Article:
From 3 to 35 – the 35 Kopeck Overprint

While browsing the “3” Kopeck overprint I stumbled over the description of a second genuine type of the 35 K overprint in Rays Forgery Guide.

This is a scan of the front cover.

And here is the passage about the 35 K Overprint.

While often the same type of digits where used for different “sets” of overprints the “3” used here is definitely a different type as the single “3” described in the article from yesterday.

Like Rays said, the basic 35 Kopeck overprint without “back-conversion” to a “3” with the help of a manual script “K” is quite rare. Here an example with an Alexandropol Sh cancellation.

More common is the manually corrected overprint.

As you can see both overprints are quite clear with concise borders and similar ink. The middle bar of the “3” is quite long and the ball-serifs well formed.

Genuine 35 K overprints are quite scarce. The fakes are much more common. Like Ray says: 95%.

Here two examples of fake overprints with different shapes and ink.

Much more interesting is the second type of the genuine (?) overprint. I happen to have a stamp with this overprint too.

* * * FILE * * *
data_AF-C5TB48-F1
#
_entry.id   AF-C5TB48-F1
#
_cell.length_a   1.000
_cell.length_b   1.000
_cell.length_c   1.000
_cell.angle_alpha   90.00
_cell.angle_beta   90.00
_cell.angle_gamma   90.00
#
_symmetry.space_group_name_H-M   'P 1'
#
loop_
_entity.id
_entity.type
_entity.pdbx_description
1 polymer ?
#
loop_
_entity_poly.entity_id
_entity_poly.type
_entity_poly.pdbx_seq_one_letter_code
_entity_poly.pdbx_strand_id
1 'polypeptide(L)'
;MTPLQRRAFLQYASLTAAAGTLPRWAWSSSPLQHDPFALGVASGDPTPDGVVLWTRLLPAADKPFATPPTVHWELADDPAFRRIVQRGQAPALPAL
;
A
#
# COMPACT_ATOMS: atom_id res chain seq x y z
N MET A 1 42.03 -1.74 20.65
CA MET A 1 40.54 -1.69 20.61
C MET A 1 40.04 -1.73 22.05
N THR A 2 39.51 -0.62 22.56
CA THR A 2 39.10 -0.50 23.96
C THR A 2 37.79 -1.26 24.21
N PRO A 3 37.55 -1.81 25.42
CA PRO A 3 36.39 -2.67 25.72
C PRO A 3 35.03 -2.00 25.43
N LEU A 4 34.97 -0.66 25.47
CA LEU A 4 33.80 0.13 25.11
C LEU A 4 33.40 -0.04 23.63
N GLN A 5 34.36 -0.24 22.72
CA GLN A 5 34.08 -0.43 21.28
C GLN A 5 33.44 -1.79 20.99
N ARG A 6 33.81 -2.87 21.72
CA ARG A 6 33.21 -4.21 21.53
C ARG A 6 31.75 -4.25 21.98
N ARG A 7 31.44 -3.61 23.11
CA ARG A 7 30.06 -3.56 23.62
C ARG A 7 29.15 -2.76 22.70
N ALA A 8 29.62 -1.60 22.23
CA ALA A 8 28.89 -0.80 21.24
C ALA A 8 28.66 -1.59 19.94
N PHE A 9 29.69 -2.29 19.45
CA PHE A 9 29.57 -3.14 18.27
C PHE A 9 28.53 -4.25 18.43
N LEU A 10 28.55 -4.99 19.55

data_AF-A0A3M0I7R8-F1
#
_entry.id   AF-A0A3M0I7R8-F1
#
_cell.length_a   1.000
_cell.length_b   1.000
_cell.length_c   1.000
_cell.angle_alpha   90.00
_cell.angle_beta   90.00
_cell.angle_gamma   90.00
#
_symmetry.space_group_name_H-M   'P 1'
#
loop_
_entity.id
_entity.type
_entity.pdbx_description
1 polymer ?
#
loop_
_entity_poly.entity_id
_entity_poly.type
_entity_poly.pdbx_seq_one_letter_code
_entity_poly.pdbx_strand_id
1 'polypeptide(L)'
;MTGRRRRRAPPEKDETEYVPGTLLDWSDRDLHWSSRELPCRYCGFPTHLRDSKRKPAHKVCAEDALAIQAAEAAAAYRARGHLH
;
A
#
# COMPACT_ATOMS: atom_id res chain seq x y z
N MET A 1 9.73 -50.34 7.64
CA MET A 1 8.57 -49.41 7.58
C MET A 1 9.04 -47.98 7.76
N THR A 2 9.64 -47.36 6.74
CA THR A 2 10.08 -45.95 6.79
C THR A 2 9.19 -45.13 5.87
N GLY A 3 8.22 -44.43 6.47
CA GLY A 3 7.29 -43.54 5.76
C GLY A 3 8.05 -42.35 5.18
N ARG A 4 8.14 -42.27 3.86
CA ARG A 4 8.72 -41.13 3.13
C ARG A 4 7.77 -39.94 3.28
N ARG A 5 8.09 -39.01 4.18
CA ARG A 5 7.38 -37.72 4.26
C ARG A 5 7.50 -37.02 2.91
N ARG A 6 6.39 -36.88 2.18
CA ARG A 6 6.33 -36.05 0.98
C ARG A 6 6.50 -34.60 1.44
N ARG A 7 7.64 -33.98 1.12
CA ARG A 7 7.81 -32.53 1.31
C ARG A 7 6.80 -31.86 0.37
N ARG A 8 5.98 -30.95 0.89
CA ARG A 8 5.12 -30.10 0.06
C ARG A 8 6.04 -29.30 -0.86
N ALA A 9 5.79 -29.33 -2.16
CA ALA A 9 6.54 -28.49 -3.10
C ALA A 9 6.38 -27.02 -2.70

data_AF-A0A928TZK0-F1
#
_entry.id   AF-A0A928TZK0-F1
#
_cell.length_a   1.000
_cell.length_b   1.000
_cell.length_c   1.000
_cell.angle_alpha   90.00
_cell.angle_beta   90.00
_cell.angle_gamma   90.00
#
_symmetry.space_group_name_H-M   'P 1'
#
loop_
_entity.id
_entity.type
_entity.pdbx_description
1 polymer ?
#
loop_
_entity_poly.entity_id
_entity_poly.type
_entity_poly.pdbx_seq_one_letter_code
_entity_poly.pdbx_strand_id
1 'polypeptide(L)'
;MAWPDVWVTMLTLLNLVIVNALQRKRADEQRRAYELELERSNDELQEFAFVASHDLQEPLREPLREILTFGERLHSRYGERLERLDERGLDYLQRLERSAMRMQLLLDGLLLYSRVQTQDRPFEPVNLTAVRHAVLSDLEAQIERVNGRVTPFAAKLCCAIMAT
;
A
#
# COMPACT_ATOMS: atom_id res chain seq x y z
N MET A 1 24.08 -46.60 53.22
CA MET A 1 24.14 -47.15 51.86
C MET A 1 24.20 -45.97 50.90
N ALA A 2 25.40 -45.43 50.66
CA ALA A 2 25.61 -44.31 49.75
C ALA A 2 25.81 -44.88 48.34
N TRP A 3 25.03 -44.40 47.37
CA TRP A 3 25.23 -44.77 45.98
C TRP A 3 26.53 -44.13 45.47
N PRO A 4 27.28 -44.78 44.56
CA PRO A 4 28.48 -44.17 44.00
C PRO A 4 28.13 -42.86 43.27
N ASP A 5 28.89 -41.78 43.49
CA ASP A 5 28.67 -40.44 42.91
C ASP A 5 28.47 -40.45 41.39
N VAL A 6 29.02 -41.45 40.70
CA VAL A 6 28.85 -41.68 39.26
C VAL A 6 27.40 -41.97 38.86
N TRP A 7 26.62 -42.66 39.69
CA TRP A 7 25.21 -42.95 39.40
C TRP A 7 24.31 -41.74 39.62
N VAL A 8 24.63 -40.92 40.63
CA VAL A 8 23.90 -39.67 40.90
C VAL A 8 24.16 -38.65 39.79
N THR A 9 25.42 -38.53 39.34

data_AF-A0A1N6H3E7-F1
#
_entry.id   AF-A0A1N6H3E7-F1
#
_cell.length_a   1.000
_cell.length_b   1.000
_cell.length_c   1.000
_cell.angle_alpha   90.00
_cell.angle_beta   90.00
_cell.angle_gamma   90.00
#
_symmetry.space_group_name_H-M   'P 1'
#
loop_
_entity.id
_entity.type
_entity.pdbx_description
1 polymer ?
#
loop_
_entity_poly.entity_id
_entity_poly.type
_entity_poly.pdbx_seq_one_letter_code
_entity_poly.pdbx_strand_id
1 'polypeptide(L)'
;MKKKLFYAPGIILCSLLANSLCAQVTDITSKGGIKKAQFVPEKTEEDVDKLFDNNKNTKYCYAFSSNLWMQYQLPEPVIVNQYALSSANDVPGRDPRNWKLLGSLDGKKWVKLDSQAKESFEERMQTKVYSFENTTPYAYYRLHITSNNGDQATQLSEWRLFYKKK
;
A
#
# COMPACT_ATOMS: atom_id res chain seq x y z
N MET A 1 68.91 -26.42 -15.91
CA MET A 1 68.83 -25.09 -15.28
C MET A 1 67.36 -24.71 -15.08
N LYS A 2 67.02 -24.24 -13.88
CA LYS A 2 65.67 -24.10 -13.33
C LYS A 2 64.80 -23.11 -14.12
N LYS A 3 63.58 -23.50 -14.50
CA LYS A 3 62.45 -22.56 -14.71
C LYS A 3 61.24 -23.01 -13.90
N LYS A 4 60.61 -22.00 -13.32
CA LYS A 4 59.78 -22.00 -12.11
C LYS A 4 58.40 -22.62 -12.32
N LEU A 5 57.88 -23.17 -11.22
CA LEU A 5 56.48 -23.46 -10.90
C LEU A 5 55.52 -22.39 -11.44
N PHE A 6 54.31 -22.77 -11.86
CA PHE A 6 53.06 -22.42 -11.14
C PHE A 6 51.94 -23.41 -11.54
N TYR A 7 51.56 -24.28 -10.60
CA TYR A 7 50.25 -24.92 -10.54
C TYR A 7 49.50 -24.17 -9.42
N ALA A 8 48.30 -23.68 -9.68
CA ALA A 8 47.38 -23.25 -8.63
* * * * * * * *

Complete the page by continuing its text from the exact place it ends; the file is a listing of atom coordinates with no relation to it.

To this date I consider(ed) this overprint a forgery. The ink differs from the genuine overprints and the shape differs too. It has the “damage” on the top of the “3”. The serif-balls are smaller etc. I really hope Ray reads this and can tell us why he thinks this overprint is a genuine one.

Perhaps he can say something to this overprint too. Another one, different form the usual faked ones, more like the type shown above.

The ink is even more like the genuine ones. The most noticeable difference to the genuine shape is the middle bar, which is much to short. Since its a clear impression otherwise, we can probably rule out an unclean cancel.

For comparison I put together a collage of all shown overprints. First row: genuine overprints. Second row: doubtful overprints (considered fake until proved otherwise). Last row: fake overprints.

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2 Responses to From 3 to 35 – the 35 Kopeck Overprint

  1. I am very reluctant to accept as genuine an overprint which can only be illustrated from mint stamps. For these overprints, the black ink used is fairly consistent – simply what was available in Yerevan at the time. In addition, ink builds up on the edges of the handstamps in the same kind of way, producing an outline. Your enlarged photos suggest that none of the bottom four overprints are in the same ink as the top two and none show build up of ink outlines.

  2. Pingback: Forgeries at Cherrystone | Stamps Of Armenia

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